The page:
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Childbirth after mid-urethral sling surgery: effects on long-term success and complications

  • Ole A. DyrkornEmail author
  • Anne C. Staff
  • Sigurd Kulseng-Hanssen
  • Hjalmar A. Schiøtz
  • Rune Svenningsen
Original Article
  • 18 Downloads

Abstract

Introduction and hypothesis

To evaluate long-term outcomes in women with one or more childbirths after mid-urethral sling (MUS) surgery and potential differences in outcomes based on mode of delivery.

Methods

A population-based cohort study using data from two national registries. Women registered with childbirth after MUS (case group) or without childbirth after MUS (control group), with equal follow-up time, underwent a structured telephone interview using a validated short-form urinary disease-specific questionnaire. Primary outcomes were current stress urinary incontinence (SUI) rate and change in cure rate. Secondary outcomes were effect of delivery mode, rates of repeat operations for SUI, complications, treatment satisfaction and urgency urinary incontinence rate. Childbirth as an independent risk factor for SUI recurrence was also evaluated.

Results

Seventy-two women with and 156 women without childbirth after MUS were included.

Median follow-up time was 10 years for both groups. Subjective SUI cure rates were 82% (cases) and 75% (controls), respectively (p = 0.31). A significantly lower SUI cure rate was seen in the women with more than one childbirth after MUS (50% vs. 88% p = 0.006).

No differences in primary or secondary outcomes were found between groups at follow-up, nor did mode of delivery affect outcomes. Childbirth after MUS was not an independent risk factor for subjective SUI recurrence (OR 0.8 CI 0.3–1.7).

Conclusions

No differences in outcomes were seen between groups at follow-up independently of delivery mode. However, having more than one delivery after MUS seems to impact the continence status.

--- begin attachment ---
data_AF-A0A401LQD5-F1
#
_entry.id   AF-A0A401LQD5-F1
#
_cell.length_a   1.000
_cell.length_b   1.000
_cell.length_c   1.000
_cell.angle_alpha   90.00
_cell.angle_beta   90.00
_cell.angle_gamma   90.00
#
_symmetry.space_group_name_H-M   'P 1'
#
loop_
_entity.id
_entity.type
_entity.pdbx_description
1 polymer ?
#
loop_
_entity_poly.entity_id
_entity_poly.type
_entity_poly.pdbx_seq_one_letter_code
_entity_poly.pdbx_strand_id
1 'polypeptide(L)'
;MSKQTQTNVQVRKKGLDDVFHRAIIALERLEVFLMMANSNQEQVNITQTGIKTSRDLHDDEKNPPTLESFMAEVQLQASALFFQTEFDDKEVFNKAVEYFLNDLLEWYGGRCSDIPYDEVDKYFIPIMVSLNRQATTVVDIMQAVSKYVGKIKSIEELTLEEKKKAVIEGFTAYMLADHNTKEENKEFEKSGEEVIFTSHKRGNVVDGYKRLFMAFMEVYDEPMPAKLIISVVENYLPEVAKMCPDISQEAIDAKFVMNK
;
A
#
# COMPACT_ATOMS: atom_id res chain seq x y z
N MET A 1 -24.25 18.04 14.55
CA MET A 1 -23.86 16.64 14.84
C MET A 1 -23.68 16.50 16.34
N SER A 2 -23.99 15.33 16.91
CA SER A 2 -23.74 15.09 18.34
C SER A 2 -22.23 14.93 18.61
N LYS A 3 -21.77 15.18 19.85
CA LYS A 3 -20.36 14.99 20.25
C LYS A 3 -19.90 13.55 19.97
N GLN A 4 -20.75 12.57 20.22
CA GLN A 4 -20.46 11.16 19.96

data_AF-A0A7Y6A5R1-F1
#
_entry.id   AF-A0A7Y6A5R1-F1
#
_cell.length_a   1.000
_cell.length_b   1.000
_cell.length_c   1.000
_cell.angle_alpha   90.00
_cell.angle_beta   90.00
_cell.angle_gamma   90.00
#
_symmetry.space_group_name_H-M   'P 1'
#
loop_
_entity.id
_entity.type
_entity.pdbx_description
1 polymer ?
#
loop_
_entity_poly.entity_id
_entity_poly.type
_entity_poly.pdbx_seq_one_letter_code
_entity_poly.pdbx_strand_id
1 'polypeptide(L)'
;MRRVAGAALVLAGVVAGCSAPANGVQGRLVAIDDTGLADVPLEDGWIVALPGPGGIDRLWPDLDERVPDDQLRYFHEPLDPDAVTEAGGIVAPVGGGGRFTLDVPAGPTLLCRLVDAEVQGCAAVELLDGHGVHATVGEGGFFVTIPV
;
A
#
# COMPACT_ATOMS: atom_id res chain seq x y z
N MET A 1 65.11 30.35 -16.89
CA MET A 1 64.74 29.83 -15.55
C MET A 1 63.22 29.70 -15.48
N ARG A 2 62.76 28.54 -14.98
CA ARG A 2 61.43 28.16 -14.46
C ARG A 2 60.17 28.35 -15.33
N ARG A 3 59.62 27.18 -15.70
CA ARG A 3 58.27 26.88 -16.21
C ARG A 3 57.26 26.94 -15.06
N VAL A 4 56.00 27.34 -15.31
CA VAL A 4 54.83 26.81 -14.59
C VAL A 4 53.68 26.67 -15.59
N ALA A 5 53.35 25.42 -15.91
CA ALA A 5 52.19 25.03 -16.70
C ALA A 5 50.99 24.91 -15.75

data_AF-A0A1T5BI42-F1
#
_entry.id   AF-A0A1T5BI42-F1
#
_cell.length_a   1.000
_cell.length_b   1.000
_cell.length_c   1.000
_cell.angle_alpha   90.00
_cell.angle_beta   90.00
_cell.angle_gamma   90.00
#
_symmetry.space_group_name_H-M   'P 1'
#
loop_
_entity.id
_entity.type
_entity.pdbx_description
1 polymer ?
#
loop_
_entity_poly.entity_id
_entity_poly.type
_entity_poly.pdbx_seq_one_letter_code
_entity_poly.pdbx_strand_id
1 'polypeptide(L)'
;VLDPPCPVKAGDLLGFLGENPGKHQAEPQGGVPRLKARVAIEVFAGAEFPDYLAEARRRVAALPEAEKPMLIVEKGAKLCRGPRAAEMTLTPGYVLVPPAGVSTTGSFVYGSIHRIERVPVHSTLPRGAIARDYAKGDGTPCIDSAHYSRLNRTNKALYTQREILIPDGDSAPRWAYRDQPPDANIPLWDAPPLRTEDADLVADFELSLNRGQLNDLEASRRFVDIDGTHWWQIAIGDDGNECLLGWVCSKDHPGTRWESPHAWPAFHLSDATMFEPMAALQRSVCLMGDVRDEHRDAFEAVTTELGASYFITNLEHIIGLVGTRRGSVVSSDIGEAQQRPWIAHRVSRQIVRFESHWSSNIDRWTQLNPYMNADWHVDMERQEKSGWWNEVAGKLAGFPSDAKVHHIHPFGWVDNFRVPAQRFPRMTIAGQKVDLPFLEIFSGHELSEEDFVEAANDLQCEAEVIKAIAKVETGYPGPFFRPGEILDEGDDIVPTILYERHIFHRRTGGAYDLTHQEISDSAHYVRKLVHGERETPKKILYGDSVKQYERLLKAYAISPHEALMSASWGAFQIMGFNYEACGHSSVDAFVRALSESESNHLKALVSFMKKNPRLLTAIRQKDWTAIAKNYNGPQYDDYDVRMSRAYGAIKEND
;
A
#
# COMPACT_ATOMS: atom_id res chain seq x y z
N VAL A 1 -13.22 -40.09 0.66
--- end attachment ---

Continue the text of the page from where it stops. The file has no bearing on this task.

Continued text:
Keywords

Mid-urethral sling Pregnancy Stress urinary incontinence Obstetric delivery 

Notes

Acknowledgments

Valuable help in extracting data from the Norwegian Female Incontinence Registry (NFIR) was given by Tomislav Dimoski, system developer at the Norwegian National Female Incontinence Registry. The authors also acknowledge the contributory members of the Norwegian National Incontinence Registry at each reporting hospital department for help in recruiting women in the case group.

Funding

The study was funded by Oslo University Hospital and supported by a grant from the Norwegian Medical Association (no. 14/1695). The funding sources had no role in study design, data analysis, or writing of the report.

Compliance with ethical standards

Conflicts of interest

The authors declare that they have no conflict of interest.

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Copyright information

© The International Urogynecological Association 2019

Authors and Affiliations

  1. 1.Department of Obstetrics and GynecologyOslo University HospitalOsloNorway
  2. 2.Faculty of MedicineUniversity of OsloOsloNorway
  3. 3.The Norwegian Female Incontinence RegistryOsloNorway
  4. 4.Department of Obstetrics and GynecologyVestfold Hospital TrustTønsbergNorway

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